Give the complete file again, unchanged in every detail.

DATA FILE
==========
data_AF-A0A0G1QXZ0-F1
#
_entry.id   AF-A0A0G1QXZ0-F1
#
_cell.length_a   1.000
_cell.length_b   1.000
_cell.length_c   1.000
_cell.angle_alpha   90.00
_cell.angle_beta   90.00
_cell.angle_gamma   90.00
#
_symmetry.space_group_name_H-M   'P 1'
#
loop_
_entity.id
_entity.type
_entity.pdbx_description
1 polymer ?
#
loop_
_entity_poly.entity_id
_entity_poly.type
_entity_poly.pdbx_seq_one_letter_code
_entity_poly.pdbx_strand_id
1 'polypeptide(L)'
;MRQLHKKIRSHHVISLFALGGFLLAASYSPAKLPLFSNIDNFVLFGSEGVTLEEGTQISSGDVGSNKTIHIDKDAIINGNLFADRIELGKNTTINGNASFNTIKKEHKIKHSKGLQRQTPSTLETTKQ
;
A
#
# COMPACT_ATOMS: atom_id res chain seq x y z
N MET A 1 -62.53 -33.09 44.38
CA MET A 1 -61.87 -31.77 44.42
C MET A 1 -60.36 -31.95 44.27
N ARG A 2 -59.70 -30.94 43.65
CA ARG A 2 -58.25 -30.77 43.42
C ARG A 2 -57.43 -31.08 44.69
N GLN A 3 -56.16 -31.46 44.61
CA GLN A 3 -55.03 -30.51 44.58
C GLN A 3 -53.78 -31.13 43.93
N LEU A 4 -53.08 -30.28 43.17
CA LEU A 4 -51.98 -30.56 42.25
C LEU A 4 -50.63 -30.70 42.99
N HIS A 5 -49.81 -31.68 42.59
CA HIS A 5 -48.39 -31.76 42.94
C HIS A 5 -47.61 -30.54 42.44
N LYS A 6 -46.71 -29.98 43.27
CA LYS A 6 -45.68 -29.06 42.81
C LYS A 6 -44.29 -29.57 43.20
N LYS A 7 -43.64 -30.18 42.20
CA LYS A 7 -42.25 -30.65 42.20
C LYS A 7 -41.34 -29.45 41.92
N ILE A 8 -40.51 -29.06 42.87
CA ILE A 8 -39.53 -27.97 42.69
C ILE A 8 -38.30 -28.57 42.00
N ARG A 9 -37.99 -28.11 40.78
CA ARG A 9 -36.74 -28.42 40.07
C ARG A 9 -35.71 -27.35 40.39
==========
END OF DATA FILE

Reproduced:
data_AF-A0A0G1QXZ0-F1
#
_entry.id   AF-A0A0G1QXZ0-F1
#
_cell.length_a   1.000
_cell.length_b   1.000
_cell.length_c   1.000
_cell.angle_alpha   90.00
_cell.angle_beta   90.00
_cell.angle_gamma   90.00
#
_symmetry.space_group_name_H-M   'P 1'
#
loop_
_entity.id
_entity.type
_entity.pdbx_description
1 polymer ?
#
loop_
_entity_poly.entity_id
_entity_poly.type
_entity_poly.pdbx_seq_one_letter_code
_entity_poly.pdbx_strand_id
1 'polypeptide(L)'
;MRQLHKKIRSHHVISLFALGGFLLAASYSPAKLPLFSNIDNFVLFGSEGVTLEEGTQISSGDVGSNKTIHIDKDAIINGNLFADRIELGKNTTINGNASFNTIKKEHKIKHSKGLQRQTPSTLETTKQ
;
A
#
# COMPACT_ATOMS: atom_id res chain seq x y z
N MET A 1 -62.53 -33.09 44.38
CA MET A 1 -61.87 -31.77 44.42
C MET A 1 -60.36 -31.95 44.27
N ARG A 2 -59.70 -30.94 43.65
CA ARG A 2 -58.25 -30.77 43.42
C ARG A 2 -57.43 -31.08 44.69
N GLN A 3 -56.16 -31.46 44.61
CA GLN A 3 -55.03 -30.51 44.58
C GLN A 3 -53.78 -31.13 43.93
N LEU A 4 -53.08 -30.28 43.17
CA LEU A 4 -51.98 -30.56 42.25
C LEU A 4 -50.63 -30.70 42.99
N HIS A 5 -49.81 -31.68 42.59
CA HIS A 5 -48.39 -31.76 42.94
C HIS A 5 -47.61 -30.54 42.44
N LYS A 6 -46.71 -29.98 43.27
CA LYS A 6 -45.68 -29.06 42.81
C LYS A 6 -44.29 -29.57 43.20
N LYS A 7 -43.64 -30.18 42.20
CA LYS A 7 -42.25 -30.65 42.20
C LYS A 7 -41.34 -29.45 41.92
N ILE A 8 -40.51 -29.06 42.87
CA ILE A 8 -39.53 -27.97 42.69
C ILE A 8 -38.30 -28.57 42.00
N ARG A 9 -37.99 -28.11 40.78
CA ARG A 9 -36.74 -28.42 40.07
C ARG A 9 -35.71 -27.35 40.39